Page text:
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Fast and ‘Furious’: Chris Shaffer Wins First Pro Stick Racing Championship in Group’s 25th Season

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Chris Shaffer took his 1966 Plymouth Fury, dubbed the S.S. Furious, to the 2020 Pro Stick Racing season championship. Many years of racing with Pro Stick saw Shaffer get close to the title, earning several second and third placings in the season-long standings, but he was not able to attain the ultimate goal until 2020. Late in the season, Shaffer was able to boost his points total with a runner-up at the September Beaver Springs race, and then at the season finale at East Side Speedway, he powered through the 42-car field with a win.

The final weekend of racing at East Side Speedway – two races in two days – there were four drivers in contention for the crown. Reigning champion Gregg Corbin, 5-time champ and founding member Eric Kitchen, 2012 champ Mark Charcalla, and Shaffer. During the lone time trial of Race 2, Shaffer scored the RAM Clutches reaction time award with a .003 light, besting fellow Mopar driver Tim Riggleman’s .004 bulb.

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[Editor’s Note: This story originally appeared in DI #164, the Champions Issue, in January of 2021.]

As the rounds went on, Shaffer kept treeing his opponents, including Charcalla in round 4. The win over Charcalla sent Shaffer to a bye run in the semis. His final-round opponent was Tommy Lumley in his four-door Nova. Once again Shaffer won at the tree, an .026 light to Lumley’s .032. At the finish line, Lumley broke out by 8 thousandths of a second and turned on the win light in Shaffer’s lane. His 6.03 dial-in stayed on the window all day, as his reaction times were the difference in every race. Leaving Virginia, Shaffer said “I wasn’t sure I earned the title, since I don’t keep track of points.” Finally, he received a call mid-week confirming the fact that he was, indeed, the champ.

The powerplant in Shaffer’s Fury is a 505-cubic-inch Mopar assembled by himself and close friend Matt Bergenstock. The transmission is a GF 2000 from G-Force Transmissions. Looking forward to the 2021 season, a set of 40 spline axles are on order to replace the 35 splines that have been in the car for the past eight seasons. Other than the axle upgrade, it will be racing as usual for the Pennsylvania resident.

“I ran a lot at my home track, Beaver Springs, for many years,” Shaffer says as he reflects on the championship. “I won 10 Street Stick season championships racing with my barn-find race car. Then we started racing with the Pro Stick gang and went on tour. We came close a few times, but I wasn’t sure I was ever going to win the title. Thanks to my wife, Leah, Matt and Caitlynn Bergenstock, for the help over the years and thanks to Eric [Kitchen] – the Pro Stick group is the best organization to race with.”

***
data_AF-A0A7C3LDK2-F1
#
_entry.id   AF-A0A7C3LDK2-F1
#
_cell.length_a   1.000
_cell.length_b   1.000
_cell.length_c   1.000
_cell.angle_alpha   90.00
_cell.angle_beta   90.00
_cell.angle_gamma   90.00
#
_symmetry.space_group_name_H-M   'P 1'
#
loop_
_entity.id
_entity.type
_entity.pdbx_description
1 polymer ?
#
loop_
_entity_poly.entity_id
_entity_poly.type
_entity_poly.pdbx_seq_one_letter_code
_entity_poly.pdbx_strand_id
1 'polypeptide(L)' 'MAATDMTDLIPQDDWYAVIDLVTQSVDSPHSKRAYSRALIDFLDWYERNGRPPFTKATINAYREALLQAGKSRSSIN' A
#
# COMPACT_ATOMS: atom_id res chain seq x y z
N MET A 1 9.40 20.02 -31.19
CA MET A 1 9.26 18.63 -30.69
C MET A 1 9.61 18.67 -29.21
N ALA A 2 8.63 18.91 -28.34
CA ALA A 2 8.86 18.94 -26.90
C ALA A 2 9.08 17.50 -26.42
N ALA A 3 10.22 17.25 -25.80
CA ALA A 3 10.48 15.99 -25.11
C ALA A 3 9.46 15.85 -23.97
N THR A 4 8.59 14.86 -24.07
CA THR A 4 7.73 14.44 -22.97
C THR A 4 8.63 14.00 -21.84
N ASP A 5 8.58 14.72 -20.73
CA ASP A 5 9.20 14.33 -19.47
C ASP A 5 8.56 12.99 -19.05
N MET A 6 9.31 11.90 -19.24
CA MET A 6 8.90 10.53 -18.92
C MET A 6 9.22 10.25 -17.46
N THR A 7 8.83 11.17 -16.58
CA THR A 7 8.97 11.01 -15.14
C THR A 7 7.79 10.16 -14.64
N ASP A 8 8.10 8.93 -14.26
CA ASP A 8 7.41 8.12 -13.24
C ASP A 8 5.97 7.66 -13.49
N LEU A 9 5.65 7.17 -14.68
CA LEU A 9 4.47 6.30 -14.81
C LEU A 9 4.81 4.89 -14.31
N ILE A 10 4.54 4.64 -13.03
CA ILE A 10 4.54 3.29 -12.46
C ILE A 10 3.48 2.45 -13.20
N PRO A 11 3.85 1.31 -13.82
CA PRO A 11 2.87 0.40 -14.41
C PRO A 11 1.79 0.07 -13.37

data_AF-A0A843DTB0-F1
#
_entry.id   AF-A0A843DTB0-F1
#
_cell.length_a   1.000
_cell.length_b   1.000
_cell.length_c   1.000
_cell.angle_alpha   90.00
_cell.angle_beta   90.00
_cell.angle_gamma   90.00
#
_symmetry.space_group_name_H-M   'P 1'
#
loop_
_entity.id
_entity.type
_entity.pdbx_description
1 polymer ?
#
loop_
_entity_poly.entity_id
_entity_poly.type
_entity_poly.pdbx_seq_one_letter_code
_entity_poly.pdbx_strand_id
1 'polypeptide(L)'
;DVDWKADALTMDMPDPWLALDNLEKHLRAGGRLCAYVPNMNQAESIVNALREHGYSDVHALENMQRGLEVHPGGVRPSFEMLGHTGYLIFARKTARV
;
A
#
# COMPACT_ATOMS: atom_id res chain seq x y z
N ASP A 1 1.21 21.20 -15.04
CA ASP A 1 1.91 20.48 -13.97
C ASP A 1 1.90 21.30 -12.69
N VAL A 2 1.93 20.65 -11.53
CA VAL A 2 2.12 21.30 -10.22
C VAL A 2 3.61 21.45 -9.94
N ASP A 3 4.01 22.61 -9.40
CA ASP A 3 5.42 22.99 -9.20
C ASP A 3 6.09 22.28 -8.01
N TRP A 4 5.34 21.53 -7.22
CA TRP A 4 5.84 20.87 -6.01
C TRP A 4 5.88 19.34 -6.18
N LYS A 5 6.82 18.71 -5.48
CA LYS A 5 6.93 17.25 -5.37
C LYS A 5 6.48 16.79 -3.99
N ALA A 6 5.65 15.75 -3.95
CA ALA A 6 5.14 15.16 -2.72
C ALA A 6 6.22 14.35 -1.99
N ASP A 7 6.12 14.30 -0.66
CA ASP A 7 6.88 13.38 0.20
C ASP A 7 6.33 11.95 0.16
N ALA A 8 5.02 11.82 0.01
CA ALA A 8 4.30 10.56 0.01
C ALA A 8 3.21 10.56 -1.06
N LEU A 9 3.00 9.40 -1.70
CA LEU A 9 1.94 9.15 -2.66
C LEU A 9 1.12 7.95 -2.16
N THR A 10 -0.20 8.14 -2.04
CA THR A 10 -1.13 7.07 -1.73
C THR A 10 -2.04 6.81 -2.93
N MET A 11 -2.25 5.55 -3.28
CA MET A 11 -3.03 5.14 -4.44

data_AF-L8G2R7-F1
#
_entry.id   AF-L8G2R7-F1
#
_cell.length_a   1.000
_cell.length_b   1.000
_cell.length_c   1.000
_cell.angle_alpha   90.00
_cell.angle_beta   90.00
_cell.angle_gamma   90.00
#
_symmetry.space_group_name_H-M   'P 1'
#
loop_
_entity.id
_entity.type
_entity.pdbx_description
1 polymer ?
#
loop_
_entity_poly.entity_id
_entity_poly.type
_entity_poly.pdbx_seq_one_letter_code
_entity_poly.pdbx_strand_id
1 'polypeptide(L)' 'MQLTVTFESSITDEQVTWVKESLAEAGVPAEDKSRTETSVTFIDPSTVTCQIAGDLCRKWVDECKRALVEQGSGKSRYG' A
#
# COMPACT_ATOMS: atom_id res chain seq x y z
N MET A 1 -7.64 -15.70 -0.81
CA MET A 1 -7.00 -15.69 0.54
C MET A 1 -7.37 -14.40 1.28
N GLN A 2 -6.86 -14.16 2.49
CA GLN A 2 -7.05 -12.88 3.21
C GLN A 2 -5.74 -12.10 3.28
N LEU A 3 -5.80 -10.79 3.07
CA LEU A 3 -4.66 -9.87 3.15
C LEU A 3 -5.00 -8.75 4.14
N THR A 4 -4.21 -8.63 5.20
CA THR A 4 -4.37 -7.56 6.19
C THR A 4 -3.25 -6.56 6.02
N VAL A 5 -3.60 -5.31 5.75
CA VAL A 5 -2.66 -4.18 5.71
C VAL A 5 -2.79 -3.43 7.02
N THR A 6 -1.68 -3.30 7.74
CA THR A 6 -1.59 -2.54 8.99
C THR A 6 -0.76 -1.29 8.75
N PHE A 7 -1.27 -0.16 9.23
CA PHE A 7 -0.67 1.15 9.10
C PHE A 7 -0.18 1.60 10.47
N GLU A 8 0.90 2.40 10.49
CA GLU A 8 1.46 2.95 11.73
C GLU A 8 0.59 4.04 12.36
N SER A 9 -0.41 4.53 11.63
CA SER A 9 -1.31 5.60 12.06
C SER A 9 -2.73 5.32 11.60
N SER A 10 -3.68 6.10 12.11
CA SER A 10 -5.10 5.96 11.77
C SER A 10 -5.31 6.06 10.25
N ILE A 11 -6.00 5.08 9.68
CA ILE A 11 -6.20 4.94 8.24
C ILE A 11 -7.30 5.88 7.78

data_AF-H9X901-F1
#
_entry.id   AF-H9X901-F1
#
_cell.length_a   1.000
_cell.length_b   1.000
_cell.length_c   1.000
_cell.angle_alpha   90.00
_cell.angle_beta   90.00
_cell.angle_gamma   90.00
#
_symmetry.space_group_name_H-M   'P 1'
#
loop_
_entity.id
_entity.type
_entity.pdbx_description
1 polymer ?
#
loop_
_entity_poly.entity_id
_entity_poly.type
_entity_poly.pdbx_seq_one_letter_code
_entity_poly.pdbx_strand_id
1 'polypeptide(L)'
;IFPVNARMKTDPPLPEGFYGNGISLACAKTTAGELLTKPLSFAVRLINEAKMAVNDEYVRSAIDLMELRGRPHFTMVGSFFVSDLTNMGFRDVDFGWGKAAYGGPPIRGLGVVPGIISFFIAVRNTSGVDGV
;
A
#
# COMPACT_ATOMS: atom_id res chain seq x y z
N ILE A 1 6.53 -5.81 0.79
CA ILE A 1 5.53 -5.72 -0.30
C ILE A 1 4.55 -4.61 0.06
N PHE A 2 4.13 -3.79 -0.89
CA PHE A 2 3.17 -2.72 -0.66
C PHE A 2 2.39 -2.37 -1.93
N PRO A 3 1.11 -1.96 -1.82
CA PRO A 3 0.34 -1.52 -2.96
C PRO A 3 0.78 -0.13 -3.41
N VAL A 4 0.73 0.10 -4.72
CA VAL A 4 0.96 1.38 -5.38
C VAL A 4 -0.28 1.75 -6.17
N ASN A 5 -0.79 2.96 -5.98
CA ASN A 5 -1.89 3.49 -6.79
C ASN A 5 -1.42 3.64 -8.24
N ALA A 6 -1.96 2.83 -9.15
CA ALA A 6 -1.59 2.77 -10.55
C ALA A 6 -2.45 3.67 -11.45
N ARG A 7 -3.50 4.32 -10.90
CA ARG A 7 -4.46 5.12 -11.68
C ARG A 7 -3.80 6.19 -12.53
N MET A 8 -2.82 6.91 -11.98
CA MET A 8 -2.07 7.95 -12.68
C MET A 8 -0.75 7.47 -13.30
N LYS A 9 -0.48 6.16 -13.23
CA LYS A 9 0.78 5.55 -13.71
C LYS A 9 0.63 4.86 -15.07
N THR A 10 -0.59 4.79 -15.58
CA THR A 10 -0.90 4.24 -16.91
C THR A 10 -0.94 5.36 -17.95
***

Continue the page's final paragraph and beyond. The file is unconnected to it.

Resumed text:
Despite a year of uncertainty due to CODIV-19, the Pro Stick Racing group celebrated their 25th year of competition. Pro Stick Racing started out as a small group of racers with stick-shift muscle cars running a bracket race format. Kitchen came up with the name “Pro Stick” after doodling on a napkin at his favorite ice shop in Boonsboro, Maryland.

“I went to a race in Kentucky back in 1993 or 1994, and raced with a group called the Ozark Mountain Super Shifters,” Kitchen says. “This was when delay boxes were becoming prevalent. Well, I just wanted to run against stick cars, guys without delay boxes. At that race I met Lones Combs from the Gear Jammers group based in North Carolina. After meeting Lones and talking with racing friends, I thought the idea would work around here [Maryland] too.  I was able to convince 75-80 Dragway owner Bill Wilcom we should have a stick race.”

The very first race saw nine cars compete at the now-defunct dragstrip near Monrovia, Maryland. A few races and a few seasons later, the list included events at nearby Mason-Dixon Dragway in Boonsboro, Maryland, and a journey north to Beaver Springs Dragway in Pennsylvania.  Eventually, the group traveled to Virginia, and for a brief time to New York for races.

The 2020 season consisted of nine points-earning races at six different tracks in Pennsylvania, Maryland and Virginia. Races were held at Beaver Springs Dragway, Keystone Raceway Park, Mason-Dixon Dragway, Sumerduck Dragway, Maryland International Raceway [MDIR] and Eastside Speedway.

In the 25 years the group has been together, several drivers have earned more than one title including: James Smith [2], Ted McGann [2], Dan Hoyler [3], and Eric Kitchen [5]. Points weren’t kept during the group’s inaugural season.

Part of the reason for the group’s longevity is a fair payout to racers.

“One of my goals was to pay out $1,000 to the winner,” Kitchen says. “We also pay second round loser. We try to give back as much as possible. That’s part of how we’ve grown the group over the years. We don’t race every weekend, and we do some traveling also. Guys get to see different tracks instead of staying at the same place all year.”

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